Fr Noel's Homilies

Buzzword - "To believe or not to Believe"
With apologies to Shakespeare! Science v Faith! Can they coexist? Religion draws its strength by answering "Yes". Both are directed to finding the truth, and each should concern itself with its own province. Science relates to the physical world, whilst religion seeks to deal with the spiritual needs of creation. Today's feast of the Trinity focuses our attention upon this aspect of "mystery" in our belief - - Father, Son and Holy Spirit, three Persons, but One God.

Proverbs 8:22-31 - The author looks at the universe in all its majesty, harmony and beauty to draw conclusions about the Creator of this wonder.

Romans 5:1-5 - Whatever the trials and disappointments we encounter in life, we need to draw on an unswerving faith in God's love for creation of which we humans are the elect.

John 16: 12-15 - The visible expression of this Divine Love became present in the person of Christ called Emmanuel - God with us; through Him, the Father speaks to all who will listen. Our insight into this unity of the Father and the Son is deepened under the influence of the Holy Spirit.

Point 1: Recently, a fair amount of publicity has been given to a visiting American Episcopalian bishop with the head line - Christianity must change or it will die! In addition to several particular hobby horses such as homosexuality and women priests, the good Bishop maintains that the Divinity of Christ, the Resurrection, and the Virgin Birth, are due for revision because they are "unreasonable". Now, it may well be argued that certain perceptions of Christianity, as it has come to be interpreted, may need to change; but to change beliefs on which Christianity has been founded is to set the stage to make it irrelevant to the major concerns of the day. By turning what the writers of the Gospels and creeds considered to be statements of fact into "unreasonable" demands on human credulity, is to marginalise the role of "Faith" as a stepping stone to "Truth". Faith and Science are not exclusive of each in the quest for Truth. They complement each other where it is recognised that so much of life and living cannot be put under the microscope or reduced to scientific formulae. It is to such areas of relationships that religion can, and does, bring new insights. The relationship of Creator and creature - made in the image of God to know love and to serve so as to enjoy eternal union with the Author of Life; the relationship of person to person - do unto others!; creature to creation - to use and not to abuse.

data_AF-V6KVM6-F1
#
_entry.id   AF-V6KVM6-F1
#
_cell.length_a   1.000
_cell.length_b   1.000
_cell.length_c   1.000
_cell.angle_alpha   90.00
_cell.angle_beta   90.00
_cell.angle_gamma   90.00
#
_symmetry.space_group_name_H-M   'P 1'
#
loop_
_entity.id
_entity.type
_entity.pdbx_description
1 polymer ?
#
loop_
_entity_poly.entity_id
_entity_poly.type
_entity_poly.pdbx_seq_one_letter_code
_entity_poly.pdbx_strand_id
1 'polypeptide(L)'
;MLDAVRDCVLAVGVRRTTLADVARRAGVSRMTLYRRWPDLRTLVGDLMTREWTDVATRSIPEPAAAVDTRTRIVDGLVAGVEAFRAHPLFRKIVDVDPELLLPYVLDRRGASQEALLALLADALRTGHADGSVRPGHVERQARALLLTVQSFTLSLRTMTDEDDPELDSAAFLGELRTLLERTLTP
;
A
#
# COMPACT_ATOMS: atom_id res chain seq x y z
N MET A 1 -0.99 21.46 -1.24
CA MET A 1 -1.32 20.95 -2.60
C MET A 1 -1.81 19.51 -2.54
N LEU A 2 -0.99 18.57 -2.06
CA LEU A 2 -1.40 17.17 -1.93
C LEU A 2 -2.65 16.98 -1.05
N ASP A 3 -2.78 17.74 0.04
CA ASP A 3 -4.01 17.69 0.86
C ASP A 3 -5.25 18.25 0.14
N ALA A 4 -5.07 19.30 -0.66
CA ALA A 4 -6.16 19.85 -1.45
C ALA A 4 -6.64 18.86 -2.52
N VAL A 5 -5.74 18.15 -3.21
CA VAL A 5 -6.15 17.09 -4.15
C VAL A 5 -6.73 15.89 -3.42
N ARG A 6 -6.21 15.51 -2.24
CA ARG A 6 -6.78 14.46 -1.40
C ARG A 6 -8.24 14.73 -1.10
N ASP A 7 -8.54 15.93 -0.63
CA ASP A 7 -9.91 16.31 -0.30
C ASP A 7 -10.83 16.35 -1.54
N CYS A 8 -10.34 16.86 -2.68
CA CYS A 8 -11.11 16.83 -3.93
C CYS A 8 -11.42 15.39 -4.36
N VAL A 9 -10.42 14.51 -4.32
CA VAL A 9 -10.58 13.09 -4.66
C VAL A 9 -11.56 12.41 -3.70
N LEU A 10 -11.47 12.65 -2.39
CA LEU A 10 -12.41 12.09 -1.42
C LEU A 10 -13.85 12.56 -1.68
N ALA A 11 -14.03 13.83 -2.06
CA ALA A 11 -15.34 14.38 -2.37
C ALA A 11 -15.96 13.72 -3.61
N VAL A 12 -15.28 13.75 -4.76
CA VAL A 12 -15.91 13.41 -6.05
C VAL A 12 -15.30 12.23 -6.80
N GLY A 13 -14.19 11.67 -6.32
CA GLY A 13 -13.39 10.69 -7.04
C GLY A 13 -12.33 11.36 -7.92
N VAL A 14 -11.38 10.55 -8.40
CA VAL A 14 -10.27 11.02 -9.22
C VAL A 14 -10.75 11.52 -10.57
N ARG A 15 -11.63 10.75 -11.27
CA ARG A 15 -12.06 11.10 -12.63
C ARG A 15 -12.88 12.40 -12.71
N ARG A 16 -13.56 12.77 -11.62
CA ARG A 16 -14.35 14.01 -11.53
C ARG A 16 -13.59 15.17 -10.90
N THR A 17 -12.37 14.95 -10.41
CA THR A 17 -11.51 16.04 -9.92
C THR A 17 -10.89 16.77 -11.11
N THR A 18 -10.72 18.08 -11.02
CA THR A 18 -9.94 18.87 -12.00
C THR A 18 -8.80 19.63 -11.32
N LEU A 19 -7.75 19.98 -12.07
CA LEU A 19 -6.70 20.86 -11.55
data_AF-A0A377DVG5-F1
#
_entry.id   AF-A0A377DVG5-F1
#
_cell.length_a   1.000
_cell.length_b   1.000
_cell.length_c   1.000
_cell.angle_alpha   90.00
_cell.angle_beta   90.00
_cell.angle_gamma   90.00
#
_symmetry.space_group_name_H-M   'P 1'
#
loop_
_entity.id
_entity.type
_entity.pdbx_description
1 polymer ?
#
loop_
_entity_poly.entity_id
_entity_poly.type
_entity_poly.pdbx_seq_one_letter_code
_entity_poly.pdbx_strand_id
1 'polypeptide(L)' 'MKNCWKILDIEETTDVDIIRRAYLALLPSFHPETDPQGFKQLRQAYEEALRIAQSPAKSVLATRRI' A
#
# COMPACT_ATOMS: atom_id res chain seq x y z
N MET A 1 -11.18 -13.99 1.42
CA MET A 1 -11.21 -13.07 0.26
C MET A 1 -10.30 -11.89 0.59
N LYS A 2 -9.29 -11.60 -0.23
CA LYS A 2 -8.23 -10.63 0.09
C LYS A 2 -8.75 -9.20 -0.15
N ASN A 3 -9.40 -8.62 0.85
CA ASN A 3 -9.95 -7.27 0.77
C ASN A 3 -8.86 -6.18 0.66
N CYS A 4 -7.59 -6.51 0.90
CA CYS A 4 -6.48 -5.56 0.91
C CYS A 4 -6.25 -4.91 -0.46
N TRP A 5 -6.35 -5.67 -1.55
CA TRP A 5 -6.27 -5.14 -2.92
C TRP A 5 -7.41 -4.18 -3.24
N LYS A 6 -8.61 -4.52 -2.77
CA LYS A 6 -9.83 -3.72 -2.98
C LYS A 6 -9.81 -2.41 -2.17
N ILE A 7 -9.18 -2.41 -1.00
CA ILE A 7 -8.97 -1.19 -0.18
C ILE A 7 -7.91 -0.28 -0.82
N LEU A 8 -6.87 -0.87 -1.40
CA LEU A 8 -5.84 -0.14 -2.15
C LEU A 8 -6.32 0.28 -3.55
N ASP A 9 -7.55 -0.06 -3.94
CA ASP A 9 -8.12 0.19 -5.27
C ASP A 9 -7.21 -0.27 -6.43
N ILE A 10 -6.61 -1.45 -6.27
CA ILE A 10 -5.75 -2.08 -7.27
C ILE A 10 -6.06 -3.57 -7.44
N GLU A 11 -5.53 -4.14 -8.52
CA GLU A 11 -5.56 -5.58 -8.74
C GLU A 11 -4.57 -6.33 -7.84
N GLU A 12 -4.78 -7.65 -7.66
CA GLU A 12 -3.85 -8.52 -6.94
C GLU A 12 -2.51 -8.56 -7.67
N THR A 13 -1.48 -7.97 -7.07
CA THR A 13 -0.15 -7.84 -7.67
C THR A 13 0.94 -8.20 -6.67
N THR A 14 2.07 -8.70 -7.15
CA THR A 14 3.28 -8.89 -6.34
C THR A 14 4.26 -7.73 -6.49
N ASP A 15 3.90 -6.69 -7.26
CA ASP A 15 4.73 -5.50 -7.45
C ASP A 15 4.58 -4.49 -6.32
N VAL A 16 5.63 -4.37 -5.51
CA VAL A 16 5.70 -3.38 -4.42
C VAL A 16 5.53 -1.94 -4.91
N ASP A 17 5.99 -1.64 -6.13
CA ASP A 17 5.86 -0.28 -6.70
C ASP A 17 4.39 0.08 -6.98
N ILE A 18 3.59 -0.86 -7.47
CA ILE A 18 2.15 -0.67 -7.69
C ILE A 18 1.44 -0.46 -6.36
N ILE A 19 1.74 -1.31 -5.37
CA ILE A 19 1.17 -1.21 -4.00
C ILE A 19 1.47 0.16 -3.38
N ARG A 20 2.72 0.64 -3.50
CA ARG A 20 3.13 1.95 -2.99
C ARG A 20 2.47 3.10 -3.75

Point 2: Watering down these basic tenets of Faith is not the answer to today's problems any more that it has been in the past when the same objections were made, and believers such as Justin the Martyr in the 2nd century, Origen in the 3rd century, Augustine in the 4th lifted their voices in defence of the meaning of the Scriptures. Or again when St. Thomas Aquinas established the respective roles of the Theologian and the Philosopher. Certainly mistakes have been made when one discipline sought to intrude into the other's province - the classical example being that of Galileo; or, the other side of the coin, the increasing number of scientists who, despite incredible advances, now recognise the limitations of "pure" science to deal with life in its fullness.

Conclusion: Today's celebration is to remind us that at the heart of the Christian Faith is God's love visibly shown in the person of Christ, who called God "Abba" Father, and claimed unity with the Father, and assured those who accepted Him that they would be constantly strengthened by the influence of the Holy Spirit, until that day when, through death, they would be caught up in the fullness of that love.

Scriptural reference: [John 5:24] Very truly, I tell you, anyone who hears my word and believes him who sent me has eternal life, and does not come under judgment, but has passed from death to life.